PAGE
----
At least 3 times a day we indulge in a love affair with our mouths. The relationship is purely anatomic.

Wait. Time out. Minus the innuendo.

What I’m safely trying to say is, we eat for taste.

Don’t lie. We do.

At lunch or the dinner table, no one raves over beets, tofu or pumpkin. Artichoke hearts won’t be today’s special in any restaurant on the planet! Okra? Forget about it! Turnips would never make Team Vegan. A demotion to the practice squad? Maybe.

And while I’m being brutally honesty, it would take a culinary, power-god to convince anyone for a second helping of eggplant…or what about rutabaga? Hell to the No! I don’t care if it’s prepared anyway deemed palatable. But make no mistake! I absolutely love a plant based diet! Not the above mentioned plants, but I should be open to give any unpopular veg or fruit I’m a “virgin” too a fair try. Remember, we’re talking about eating to taste.

Who eats for purely nutritional purposes these days? Who sacrifices taste, for the value plant based foods provide? Dietitians and nutritionist scream that we must change how we perceive food.

Sure, there are the ever popular calorie counters, equipped with their Fit Bits and other sophisticated counting gadgetry. Their are carb heads that try to micromanage their crave. Some out there with elevated cholesterol levels who stress over saturated fats. The hypertension cadets rage over their “per gram” sodium intake. Oh, we can’t forget sweets…refined sugar…the most dangerous drug in the world.

We’re an obese and overweight country in crisis. We obsess on food, concentrating entirely on what the body doesn’t need that we loose sight on what nutrients we need for healthy living. Sadly enough, hardly anyone cares, since there’s a magic pill or powder for everything. With eyes wide open, we blindly eat.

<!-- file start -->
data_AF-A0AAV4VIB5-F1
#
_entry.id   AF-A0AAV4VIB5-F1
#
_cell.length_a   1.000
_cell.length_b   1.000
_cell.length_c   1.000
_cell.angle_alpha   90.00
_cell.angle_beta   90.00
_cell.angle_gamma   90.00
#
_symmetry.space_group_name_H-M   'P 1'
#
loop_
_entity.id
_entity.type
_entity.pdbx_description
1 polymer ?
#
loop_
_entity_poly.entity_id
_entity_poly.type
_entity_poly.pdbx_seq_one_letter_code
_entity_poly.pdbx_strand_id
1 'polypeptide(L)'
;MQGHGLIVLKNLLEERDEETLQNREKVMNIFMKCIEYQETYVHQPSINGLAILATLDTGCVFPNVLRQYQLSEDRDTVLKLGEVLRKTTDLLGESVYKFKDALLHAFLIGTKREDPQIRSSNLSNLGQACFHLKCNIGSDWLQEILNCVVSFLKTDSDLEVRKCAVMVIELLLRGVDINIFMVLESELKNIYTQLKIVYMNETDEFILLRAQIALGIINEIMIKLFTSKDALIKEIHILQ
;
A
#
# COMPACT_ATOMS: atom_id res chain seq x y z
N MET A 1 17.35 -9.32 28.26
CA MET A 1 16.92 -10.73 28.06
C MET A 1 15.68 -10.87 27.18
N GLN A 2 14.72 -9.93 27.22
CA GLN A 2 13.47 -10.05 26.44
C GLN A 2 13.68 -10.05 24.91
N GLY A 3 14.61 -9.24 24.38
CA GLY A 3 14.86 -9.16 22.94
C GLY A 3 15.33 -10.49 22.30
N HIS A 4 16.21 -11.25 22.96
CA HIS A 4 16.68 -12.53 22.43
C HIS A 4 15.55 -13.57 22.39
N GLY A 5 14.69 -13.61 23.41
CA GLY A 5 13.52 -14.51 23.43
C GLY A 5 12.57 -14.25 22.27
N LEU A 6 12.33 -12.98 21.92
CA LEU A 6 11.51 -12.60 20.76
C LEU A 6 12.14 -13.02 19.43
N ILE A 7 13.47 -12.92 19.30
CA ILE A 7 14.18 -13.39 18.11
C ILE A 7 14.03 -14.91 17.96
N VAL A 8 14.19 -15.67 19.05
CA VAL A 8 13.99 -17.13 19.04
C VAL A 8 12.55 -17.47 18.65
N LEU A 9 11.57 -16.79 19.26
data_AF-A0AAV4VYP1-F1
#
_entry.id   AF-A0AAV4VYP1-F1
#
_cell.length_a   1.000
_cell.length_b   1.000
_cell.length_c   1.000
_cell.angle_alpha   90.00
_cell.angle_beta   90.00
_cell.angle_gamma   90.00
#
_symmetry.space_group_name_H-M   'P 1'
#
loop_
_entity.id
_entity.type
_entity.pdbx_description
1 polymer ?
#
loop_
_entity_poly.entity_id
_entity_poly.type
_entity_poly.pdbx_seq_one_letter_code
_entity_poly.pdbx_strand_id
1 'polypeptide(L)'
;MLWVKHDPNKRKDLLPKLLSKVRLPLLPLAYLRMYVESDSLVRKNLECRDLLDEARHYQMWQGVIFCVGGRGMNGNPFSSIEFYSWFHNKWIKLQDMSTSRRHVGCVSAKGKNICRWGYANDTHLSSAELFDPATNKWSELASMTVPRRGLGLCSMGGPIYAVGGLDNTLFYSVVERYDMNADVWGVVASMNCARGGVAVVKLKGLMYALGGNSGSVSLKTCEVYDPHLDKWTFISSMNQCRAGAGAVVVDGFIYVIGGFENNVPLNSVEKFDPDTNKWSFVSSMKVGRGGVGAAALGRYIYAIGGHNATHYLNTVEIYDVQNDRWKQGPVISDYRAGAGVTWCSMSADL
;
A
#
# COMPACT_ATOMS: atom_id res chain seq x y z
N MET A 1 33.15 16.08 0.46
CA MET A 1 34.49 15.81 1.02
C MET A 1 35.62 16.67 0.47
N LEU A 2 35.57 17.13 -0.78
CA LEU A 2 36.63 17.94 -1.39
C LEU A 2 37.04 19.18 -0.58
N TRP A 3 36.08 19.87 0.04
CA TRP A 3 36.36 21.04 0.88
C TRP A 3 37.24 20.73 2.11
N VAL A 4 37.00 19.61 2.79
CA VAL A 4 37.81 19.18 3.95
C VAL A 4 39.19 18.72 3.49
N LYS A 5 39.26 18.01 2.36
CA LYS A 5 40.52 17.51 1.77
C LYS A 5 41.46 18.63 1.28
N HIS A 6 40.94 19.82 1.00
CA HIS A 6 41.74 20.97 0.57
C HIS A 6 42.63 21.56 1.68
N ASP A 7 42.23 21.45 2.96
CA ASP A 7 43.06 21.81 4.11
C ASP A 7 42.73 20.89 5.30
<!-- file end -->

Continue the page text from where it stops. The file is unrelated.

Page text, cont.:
So what does the body need?

Macronutrients like: protein, carbohydrates and natural fat; dietary building blocks providing energy. Micronutrients such as: vitamins and minerals.

Do we know what they are and how each affects our biological function? Vitamin C, B1, folic acid?How do we know whether the nutritional value has value? Vitamin K, B12, Calcium.

How often do you shop for a particular product and neglect to do a count of how much protein, carbs, fat, vitamins or minerals are in the food source? Better question. How much macro and micronutrients does your body require? Do you know? Do you know? Do you know?

Way too often we avoid knowing what we eat because our perception of food is skewed.

We’re eating to taste.

On to science class. Food is an energy source. Period. We consume food for the body that is naturally converted to energy. The digestive system is an energy extracting factory, designed to process, to keep us alive and well. Food is both our preventive and healing medicine! Our immune systems are fueled by what we introduce to our systems.

Yes. Certain foods energy sources are far greater and important than others. The bigger picture is clear. We’re building upon what the body is made of! Ninety-nine percent of the human body mass is comprised of six element: oxygen, carbon, phosphorus, calcium, nitrogen and hydrogen. A whopping 0.85% is made of potassium, sulfur, sodium, chlorine and magnesium. There are trace chemicals of other elements in our bodies but these are so minute that scientists do not consider them having an important role. Taking a closer look at these important 11 elements in all. Would a dietary choice rich in these elements enhance our overall health?